• Yep, I think it was about 2 weeks of no rain. I played 4 courses the previous 4 days and 3 out of the 4 the courses were pretty firm. 
    • Good call.  I actually switched to it recently!  I have it in the smoke XS shaft. And, that's awesome that you're on the right track now.  I don't really get into the mechanics like wrist angle so much.  I feel like knowing the ball flight laws and using my gc2 has helped me more than my previous coach ever did. That's more or less what I went with--arrow/face pointed at 0* and then try to swing at 0* or a tad right.  That gives you the straight to straight draw ball, as shown on my gc2 readouts about.  Just be careful to ensure solid strike because if you mis-hit it, gear effect kicks in and all bets are off!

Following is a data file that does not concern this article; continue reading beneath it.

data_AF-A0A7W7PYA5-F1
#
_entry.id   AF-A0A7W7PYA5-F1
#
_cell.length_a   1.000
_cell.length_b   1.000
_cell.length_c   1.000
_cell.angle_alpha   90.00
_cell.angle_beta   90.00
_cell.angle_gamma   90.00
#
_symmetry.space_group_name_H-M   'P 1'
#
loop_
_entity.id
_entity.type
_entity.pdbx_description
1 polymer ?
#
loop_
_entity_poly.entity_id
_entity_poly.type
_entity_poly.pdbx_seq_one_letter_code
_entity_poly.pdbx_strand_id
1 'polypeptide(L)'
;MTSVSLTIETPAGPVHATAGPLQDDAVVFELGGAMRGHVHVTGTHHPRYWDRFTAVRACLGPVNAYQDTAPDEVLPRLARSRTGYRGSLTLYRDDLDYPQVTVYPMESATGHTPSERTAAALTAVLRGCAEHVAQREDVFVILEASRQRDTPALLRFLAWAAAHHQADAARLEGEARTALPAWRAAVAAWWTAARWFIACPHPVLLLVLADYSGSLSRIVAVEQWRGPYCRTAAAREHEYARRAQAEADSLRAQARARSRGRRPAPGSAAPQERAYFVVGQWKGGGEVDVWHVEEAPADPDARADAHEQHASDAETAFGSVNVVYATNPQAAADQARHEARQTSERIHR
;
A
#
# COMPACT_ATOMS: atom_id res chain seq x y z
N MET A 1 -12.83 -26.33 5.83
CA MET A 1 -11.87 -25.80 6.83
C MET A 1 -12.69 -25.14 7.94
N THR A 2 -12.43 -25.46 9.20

• You will love Pawleys. Jack Nicklaus design and the back nine is beautiful. You won’t be disappointed 
    • Yep, exactly.  Sorry, my iPhone line drawing isn’t the greatest.  Look at how much you move towards the ball in the downswing with square hips.  Check out the early extension video below.  If someone has a better drill let me know but that is what comes to mind for me.  Hips sliding forward and staying on the wall/chair.  You probably can't create an inline impact until you can do that with the hips.  
    • I tried this and it helped! Thanks @saevel25. Thought was left hip higher, right hip lower. Keeping balance better and turning through ball better.